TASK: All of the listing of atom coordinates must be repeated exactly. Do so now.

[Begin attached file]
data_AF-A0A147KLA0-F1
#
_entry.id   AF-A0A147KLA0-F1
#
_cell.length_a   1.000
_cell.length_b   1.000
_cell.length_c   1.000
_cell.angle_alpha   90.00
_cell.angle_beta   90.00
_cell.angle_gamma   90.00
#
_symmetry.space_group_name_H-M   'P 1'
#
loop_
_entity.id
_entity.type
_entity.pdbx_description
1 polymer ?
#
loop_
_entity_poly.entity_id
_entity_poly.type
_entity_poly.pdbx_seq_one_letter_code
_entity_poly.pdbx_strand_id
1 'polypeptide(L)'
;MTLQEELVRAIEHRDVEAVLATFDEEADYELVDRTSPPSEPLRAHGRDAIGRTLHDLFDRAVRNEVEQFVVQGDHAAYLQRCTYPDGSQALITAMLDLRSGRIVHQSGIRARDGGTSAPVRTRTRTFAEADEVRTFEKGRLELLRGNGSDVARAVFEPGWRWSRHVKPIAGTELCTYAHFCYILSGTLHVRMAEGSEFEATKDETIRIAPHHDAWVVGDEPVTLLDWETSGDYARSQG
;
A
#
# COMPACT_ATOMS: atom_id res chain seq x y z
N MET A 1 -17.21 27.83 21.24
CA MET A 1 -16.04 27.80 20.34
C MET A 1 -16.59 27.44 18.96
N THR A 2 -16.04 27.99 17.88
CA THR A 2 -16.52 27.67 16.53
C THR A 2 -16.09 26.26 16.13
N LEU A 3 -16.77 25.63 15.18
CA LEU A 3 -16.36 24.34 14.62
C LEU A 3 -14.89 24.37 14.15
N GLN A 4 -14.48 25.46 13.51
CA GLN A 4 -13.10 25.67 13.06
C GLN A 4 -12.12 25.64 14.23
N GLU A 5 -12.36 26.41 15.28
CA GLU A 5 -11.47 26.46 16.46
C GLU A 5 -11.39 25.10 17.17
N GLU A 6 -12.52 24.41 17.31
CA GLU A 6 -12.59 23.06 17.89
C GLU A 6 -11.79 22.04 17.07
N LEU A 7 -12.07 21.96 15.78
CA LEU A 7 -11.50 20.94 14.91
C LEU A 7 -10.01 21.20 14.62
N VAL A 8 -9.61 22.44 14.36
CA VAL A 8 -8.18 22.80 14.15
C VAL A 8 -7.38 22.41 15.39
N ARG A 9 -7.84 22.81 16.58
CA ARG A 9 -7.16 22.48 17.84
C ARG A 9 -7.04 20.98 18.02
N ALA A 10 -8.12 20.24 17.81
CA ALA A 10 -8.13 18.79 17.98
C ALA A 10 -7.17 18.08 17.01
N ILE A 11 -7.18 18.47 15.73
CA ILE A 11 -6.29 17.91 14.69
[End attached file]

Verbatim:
data_AF-A0A147KLA0-F1
#
_entry.id   AF-A0A147KLA0-F1
#
_cell.length_a   1.000
_cell.length_b   1.000
_cell.length_c   1.000
_cell.angle_alpha   90.00
_cell.angle_beta   90.00
_cell.angle_gamma   90.00
#
_symmetry.space_group_name_H-M   'P 1'
#
loop_
_entity.id
_entity.type
_entity.pdbx_description
1 polymer ?
#
loop_
_entity_poly.entity_id
_entity_poly.type
_entity_poly.pdbx_seq_one_letter_code
_entity_poly.pdbx_strand_id
1 'polypeptide(L)'
;MTLQEELVRAIEHRDVEAVLATFDEEADYELVDRTSPPSEPLRAHGRDAIGRTLHDLFDRAVRNEVEQFVVQGDHAAYLQRCTYPDGSQALITAMLDLRSGRIVHQSGIRARDGGTSAPVRTRTRTFAEADEVRTFEKGRLELLRGNGSDVARAVFEPGWRWSRHVKPIAGTELCTYAHFCYILSGTLHVRMAEGSEFEATKDETIRIAPHHDAWVVGDEPVTLLDWETSGDYARSQG
;
A
#
# COMPACT_ATOMS: atom_id res chain seq x y z
N MET A 1 -17.21 27.83 21.24
CA MET A 1 -16.04 27.80 20.34
C MET A 1 -16.59 27.44 18.96
N THR A 2 -16.04 27.99 17.88
CA THR A 2 -16.52 27.67 16.53
C THR A 2 -16.09 26.26 16.13
N LEU A 3 -16.77 25.63 15.18
CA LEU A 3 -16.36 24.34 14.62
C LEU A 3 -14.89 24.37 14.15
N GLN A 4 -14.48 25.46 13.51
CA GLN A 4 -13.10 25.67 13.06
C GLN A 4 -12.12 25.64 14.23
N GLU A 5 -12.36 26.41 15.28
CA GLU A 5 -11.47 26.46 16.46
C GLU A 5 -11.39 25.10 17.17
N GLU A 6 -12.52 24.41 17.31
CA GLU A 6 -12.59 23.06 17.89
C GLU A 6 -11.79 22.04 17.07
N LEU A 7 -12.07 21.96 15.78
CA LEU A 7 -11.50 20.94 14.91
C LEU A 7 -10.01 21.20 14.62
N VAL A 8 -9.61 22.44 14.36
CA VAL A 8 -8.18 22.80 14.15
C VAL A 8 -7.38 22.41 15.39
N ARG A 9 -7.84 22.81 16.58
CA ARG A 9 -7.16 22.48 17.84
C ARG A 9 -7.04 20.98 18.02
N ALA A 10 -8.12 20.24 17.81
CA ALA A 10 -8.13 18.79 17.98
C ALA A 10 -7.17 18.08 17.01
N ILE A 11 -7.18 18.47 15.73
CA ILE A 11 -6.29 17.91 14.69